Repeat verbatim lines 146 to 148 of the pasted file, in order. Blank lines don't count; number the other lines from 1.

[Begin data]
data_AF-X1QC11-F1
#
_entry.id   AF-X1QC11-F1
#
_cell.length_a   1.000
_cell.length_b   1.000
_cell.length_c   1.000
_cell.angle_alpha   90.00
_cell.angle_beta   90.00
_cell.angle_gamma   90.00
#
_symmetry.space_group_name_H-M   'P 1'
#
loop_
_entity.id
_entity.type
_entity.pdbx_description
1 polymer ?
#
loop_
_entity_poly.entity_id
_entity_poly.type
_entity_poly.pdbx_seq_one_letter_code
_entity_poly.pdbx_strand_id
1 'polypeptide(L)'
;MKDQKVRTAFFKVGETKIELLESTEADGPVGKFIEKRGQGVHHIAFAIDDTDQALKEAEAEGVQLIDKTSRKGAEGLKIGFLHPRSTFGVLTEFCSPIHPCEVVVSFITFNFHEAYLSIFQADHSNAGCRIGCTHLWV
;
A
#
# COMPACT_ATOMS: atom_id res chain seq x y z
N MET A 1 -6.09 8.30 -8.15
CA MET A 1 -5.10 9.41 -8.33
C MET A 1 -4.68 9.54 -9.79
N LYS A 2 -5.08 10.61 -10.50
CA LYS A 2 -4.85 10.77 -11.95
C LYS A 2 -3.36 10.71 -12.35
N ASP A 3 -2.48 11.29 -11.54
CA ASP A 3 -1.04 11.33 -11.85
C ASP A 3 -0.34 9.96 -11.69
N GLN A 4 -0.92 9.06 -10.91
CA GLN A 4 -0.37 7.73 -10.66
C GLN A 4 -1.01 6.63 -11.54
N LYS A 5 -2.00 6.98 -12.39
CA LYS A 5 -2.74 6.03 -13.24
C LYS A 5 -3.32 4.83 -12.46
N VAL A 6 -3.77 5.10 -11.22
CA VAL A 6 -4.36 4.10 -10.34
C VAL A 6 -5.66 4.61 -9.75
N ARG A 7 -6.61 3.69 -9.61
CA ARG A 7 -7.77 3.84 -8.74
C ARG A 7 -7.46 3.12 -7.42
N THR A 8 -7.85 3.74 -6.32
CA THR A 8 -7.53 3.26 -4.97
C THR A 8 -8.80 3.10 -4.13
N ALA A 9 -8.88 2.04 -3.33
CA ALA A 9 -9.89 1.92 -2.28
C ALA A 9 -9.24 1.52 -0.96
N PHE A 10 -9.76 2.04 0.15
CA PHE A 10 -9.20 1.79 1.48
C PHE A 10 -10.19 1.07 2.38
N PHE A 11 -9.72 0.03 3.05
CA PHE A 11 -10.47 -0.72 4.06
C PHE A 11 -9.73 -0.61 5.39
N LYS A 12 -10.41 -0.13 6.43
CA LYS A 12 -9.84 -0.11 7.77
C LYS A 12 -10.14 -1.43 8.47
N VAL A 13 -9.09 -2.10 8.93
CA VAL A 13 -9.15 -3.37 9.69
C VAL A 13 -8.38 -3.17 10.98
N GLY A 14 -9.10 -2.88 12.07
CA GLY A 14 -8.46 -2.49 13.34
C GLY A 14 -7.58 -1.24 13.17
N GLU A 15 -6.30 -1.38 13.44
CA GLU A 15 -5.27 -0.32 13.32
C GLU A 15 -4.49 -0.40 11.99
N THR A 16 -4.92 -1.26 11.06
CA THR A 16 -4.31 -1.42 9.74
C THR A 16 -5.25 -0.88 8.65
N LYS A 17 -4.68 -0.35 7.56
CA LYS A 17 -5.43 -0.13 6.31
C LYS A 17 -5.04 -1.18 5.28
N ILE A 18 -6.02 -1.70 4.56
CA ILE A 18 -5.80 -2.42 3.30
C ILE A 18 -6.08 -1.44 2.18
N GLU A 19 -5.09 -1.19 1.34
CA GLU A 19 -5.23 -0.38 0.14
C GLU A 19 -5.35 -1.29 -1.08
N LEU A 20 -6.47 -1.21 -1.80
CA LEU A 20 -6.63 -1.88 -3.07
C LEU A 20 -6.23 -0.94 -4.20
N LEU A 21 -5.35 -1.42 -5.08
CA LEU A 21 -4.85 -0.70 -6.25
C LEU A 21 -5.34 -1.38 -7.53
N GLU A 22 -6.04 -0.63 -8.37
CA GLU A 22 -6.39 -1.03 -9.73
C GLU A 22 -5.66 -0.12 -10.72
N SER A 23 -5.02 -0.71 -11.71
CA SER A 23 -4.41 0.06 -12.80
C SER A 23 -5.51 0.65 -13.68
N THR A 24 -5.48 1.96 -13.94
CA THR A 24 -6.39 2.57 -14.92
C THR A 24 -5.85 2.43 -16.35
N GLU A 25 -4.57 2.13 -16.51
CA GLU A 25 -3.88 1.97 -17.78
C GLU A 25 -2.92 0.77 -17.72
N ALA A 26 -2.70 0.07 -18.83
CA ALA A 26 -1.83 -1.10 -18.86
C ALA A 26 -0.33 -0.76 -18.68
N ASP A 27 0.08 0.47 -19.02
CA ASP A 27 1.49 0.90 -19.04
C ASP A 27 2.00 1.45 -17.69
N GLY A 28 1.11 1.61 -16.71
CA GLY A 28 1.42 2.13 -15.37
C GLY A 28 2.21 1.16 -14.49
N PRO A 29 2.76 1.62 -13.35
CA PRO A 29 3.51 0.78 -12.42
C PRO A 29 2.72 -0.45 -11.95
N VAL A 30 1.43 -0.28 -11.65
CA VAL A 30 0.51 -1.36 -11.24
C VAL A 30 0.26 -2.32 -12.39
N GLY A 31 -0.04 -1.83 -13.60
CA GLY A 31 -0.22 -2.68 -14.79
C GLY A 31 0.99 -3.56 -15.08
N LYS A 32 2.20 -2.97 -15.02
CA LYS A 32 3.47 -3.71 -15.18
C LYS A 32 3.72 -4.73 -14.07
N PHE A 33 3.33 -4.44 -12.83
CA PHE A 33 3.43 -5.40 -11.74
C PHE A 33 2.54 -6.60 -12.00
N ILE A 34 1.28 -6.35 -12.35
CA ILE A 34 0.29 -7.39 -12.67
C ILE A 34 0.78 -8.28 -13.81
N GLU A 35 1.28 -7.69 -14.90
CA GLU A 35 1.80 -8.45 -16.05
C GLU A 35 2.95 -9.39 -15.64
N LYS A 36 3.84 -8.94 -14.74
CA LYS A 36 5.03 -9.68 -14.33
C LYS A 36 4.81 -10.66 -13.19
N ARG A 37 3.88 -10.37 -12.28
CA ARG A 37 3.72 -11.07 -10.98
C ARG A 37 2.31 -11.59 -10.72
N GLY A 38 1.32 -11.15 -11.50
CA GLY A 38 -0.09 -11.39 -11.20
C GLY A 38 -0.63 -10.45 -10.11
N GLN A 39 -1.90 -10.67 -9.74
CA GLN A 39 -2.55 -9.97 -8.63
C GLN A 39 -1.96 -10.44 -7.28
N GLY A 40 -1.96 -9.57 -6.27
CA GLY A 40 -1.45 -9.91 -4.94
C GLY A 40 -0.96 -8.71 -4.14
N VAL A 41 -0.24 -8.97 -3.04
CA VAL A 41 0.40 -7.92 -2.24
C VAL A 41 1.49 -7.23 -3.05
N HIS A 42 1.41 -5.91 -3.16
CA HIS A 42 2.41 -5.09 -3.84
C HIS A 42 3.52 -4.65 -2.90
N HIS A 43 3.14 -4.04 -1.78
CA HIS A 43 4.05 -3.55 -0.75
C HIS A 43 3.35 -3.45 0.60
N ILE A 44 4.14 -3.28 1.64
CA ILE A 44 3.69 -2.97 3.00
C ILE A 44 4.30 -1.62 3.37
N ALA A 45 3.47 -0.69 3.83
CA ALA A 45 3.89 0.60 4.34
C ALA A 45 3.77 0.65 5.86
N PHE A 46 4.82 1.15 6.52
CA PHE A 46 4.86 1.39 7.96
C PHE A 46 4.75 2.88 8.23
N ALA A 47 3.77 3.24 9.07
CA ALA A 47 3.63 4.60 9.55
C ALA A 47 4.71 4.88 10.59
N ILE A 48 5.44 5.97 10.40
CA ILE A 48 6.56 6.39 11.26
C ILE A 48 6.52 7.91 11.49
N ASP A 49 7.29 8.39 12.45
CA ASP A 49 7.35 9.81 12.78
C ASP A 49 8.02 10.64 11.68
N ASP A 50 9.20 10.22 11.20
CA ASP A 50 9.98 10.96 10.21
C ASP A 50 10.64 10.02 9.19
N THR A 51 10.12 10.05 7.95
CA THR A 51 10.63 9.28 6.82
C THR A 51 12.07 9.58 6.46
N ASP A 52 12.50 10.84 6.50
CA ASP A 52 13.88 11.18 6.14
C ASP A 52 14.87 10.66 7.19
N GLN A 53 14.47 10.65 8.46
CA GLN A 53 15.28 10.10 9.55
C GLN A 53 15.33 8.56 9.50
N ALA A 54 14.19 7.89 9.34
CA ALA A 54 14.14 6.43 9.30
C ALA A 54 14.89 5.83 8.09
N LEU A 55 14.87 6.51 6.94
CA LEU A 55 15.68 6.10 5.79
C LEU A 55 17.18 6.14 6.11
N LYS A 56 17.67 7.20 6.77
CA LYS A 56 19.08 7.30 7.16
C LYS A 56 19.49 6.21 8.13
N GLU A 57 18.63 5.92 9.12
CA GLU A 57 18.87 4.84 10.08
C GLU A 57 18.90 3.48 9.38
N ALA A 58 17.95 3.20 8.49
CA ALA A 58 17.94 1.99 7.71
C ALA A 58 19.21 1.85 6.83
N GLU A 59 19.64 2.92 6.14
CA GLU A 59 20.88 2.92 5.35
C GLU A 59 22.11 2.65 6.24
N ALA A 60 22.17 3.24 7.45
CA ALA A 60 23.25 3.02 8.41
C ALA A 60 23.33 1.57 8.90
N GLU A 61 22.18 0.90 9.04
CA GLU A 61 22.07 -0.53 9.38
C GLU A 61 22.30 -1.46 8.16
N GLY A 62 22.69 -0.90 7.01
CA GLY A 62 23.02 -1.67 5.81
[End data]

CA GLN A 39 -2.55 -9.97 -8.63
C GLN A 39 -1.96 -10.44 -7.28
N GLY A 40 -1.96 -9.57 -6.27